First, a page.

One the roles of a youth sport coach is to create an atmosphere where kids are comfortable to move beyond their comfort zone and discover their potential. To do so, it is imperative that organization leaders and coaches clearly communicate their expectations at the start of the season. Without development objectives that are age appropriate, players and volunteer coaches are more likely to fall victim to ego-centric goals. Ego-centric goals determine success by judging ourselves based upon social comparison (i.e. win-loss record, individual statistics, and comparing ourselves with teammates or against our competition). Researchers have labeled ego-centric goals numerous ways, including performance goals (Dweck, 1986) and ability goals (Ames, 1992). Evidence suggests these type of goals can be detrimental to the development of youth athletes. One of the primary issues with ego-centric goals is that they are dependent on many factors that are beyond an individual’s locus of control. A better option for youth athletes is to adopt goals that are mastery-oriented. Mastery-oriented goals determine success by the amount of effort an individual dedicates towards the learning and development of a skill or goal. Researchers have labeled these types of goals as mastery goals (Ames, 1992), learning goals (Dweck, 1986), and task-oriented goals (Nicholls, 1984). Creating a motivational climate that is mastery-based has been proven to enhance skill development and the individual’s sense of control.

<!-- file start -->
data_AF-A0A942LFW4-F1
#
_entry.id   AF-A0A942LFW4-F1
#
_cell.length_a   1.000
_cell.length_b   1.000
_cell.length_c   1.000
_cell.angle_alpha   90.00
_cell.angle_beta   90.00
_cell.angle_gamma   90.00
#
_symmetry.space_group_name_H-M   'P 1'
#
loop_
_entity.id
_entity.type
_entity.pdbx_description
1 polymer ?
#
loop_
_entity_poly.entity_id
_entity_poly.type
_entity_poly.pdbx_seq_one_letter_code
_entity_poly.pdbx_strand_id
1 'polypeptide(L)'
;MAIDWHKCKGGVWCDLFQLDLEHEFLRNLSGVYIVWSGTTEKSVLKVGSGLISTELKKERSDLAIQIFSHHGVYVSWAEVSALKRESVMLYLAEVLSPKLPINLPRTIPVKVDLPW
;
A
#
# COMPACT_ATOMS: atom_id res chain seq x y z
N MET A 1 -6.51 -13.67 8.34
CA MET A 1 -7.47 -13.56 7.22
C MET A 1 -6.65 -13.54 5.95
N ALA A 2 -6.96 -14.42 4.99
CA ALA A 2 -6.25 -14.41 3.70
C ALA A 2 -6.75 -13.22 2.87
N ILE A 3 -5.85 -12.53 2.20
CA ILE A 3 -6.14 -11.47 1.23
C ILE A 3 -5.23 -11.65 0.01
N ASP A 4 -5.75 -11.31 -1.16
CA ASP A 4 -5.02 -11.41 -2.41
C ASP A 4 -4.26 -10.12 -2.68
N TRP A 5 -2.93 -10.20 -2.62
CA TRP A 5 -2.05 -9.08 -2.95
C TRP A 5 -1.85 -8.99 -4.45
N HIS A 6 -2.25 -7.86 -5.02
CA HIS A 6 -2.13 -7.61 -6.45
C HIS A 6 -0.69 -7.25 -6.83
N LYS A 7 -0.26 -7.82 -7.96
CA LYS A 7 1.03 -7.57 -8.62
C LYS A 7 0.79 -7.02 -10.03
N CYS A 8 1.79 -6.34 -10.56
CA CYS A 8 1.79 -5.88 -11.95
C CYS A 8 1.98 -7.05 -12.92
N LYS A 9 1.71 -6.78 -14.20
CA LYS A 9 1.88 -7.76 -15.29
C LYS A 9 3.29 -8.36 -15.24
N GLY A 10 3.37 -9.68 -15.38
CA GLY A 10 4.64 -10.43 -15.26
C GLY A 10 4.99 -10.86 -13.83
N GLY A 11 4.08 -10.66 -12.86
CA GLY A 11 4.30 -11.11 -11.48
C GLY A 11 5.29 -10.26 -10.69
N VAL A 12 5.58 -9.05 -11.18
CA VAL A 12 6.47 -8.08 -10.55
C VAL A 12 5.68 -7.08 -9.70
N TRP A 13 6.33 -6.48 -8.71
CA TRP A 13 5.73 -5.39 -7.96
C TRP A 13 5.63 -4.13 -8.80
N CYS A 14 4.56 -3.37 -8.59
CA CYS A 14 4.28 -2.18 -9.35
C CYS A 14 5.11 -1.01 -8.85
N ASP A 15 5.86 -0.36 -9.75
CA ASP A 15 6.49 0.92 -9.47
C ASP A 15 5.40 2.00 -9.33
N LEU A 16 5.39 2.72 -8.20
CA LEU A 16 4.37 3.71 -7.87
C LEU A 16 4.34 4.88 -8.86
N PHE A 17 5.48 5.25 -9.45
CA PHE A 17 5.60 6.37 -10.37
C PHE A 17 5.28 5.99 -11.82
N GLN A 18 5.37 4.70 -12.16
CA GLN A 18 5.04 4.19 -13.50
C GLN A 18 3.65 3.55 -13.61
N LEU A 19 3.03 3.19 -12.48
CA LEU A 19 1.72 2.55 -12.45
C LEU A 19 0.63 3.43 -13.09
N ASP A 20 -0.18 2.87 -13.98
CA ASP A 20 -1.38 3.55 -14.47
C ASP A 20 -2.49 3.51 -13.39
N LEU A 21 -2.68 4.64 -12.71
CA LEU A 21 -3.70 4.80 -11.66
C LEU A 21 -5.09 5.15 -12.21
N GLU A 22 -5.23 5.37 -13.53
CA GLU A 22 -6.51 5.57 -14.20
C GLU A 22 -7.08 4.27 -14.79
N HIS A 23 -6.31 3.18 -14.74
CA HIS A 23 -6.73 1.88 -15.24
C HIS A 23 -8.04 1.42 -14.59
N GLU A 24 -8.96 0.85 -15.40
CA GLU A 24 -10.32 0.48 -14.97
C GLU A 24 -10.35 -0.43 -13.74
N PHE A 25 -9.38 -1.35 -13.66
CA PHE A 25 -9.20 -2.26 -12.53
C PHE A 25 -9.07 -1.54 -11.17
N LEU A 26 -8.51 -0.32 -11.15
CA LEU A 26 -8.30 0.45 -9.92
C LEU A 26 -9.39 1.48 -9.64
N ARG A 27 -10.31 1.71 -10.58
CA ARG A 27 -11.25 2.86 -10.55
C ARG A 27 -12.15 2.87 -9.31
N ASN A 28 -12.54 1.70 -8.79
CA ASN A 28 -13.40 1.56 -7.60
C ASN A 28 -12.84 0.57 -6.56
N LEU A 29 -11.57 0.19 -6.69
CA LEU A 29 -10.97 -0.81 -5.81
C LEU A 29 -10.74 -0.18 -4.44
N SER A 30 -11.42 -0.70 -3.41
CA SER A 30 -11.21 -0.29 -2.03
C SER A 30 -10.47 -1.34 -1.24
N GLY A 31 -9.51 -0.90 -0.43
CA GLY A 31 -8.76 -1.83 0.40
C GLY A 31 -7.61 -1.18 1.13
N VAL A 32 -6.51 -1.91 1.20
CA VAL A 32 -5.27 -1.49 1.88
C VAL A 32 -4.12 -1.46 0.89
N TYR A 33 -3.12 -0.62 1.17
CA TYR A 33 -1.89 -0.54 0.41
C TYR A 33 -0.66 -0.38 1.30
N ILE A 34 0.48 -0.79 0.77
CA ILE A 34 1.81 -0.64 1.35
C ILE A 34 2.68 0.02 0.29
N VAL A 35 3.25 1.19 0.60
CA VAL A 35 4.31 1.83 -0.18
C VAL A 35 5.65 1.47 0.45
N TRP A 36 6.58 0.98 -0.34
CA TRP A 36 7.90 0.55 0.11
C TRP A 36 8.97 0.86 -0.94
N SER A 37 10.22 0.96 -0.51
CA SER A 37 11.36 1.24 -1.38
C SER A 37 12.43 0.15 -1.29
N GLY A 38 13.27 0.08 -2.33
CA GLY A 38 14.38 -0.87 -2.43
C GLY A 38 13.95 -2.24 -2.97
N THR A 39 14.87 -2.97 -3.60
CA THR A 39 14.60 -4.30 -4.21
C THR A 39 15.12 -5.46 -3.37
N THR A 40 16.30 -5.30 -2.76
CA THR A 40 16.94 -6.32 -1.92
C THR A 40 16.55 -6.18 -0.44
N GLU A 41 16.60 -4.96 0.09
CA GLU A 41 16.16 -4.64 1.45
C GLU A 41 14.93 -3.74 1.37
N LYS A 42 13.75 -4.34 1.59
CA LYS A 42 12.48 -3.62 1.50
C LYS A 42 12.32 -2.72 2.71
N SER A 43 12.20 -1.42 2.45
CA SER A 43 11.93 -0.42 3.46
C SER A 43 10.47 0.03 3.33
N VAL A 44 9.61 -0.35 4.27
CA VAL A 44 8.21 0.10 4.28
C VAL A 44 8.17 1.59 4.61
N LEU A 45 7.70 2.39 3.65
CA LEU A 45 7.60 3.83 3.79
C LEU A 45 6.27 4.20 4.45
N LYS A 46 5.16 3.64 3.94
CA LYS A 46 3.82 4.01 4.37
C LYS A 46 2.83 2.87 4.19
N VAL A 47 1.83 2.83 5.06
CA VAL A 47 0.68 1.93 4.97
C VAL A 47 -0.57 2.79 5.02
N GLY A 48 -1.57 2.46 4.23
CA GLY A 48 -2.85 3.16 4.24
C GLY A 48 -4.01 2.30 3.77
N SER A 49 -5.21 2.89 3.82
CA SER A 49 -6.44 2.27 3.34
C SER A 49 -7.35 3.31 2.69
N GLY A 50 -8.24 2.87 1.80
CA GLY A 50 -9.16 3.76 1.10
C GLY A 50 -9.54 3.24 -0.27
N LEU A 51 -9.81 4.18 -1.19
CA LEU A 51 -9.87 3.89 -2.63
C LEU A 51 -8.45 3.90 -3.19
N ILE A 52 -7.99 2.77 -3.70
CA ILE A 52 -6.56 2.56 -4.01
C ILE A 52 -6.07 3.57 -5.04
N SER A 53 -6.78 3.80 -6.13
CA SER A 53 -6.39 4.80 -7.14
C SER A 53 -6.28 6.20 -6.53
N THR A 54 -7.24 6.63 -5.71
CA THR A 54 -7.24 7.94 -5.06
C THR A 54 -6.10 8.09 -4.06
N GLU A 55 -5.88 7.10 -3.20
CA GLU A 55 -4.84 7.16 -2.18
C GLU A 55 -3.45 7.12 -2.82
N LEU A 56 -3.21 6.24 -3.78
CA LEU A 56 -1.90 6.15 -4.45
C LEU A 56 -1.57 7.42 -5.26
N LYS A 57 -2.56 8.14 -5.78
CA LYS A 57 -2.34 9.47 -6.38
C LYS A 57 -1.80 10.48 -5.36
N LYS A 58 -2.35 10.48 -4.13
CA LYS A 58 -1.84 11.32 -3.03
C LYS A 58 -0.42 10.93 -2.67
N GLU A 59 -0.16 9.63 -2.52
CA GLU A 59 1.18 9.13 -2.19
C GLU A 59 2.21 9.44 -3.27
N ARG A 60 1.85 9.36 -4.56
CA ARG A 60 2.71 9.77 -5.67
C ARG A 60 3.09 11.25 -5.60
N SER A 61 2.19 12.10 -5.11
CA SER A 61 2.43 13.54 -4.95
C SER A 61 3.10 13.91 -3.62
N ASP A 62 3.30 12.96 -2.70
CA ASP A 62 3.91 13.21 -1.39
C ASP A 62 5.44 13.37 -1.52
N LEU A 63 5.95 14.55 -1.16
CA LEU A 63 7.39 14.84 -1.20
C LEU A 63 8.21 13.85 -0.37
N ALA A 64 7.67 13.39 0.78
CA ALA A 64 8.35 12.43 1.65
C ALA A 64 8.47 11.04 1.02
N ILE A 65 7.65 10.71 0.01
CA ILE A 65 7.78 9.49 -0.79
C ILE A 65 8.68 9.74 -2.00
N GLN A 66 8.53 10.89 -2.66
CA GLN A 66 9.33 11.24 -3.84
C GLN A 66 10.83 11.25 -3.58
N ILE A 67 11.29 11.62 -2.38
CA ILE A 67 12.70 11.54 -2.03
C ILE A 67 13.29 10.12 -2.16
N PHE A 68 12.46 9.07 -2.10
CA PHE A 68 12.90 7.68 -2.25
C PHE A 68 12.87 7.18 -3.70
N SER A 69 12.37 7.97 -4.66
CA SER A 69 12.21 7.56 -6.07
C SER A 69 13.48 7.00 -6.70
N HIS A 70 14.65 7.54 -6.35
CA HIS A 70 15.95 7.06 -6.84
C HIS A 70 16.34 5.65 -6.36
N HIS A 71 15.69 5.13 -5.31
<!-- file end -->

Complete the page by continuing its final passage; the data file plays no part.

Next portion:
Theeboom, De Nop and Weiss (1995) studied the effectiveness of a performance versus mastery teaching program in a youth sport setting for children attending a summer sports camp (which included baseball, basketball, soccer, swimming, wrestling, martial arts, and track & field). The purpose of the study was to examine the children’s enjoyment, perceived competence, intrinsic motivation, and motor skill development. Children between the ages of eight and twelve were split into mastery or traditional (i.e. performance) teaching groups. Results indicated that children in the mastery group reported significantly higher levels of enjoyment and exhibited higher levels of motor skills than the performance group. In addition, in-depth interviews revealed that participants in the mastery group reported higher levels of perceived competence and intrinsic motivation. Results from this study suggest that the ability for coaches and youth leaders to create a mastery climate would improve the overall experience and skill development of youth players.
So how can you help players on your team create mastery goals?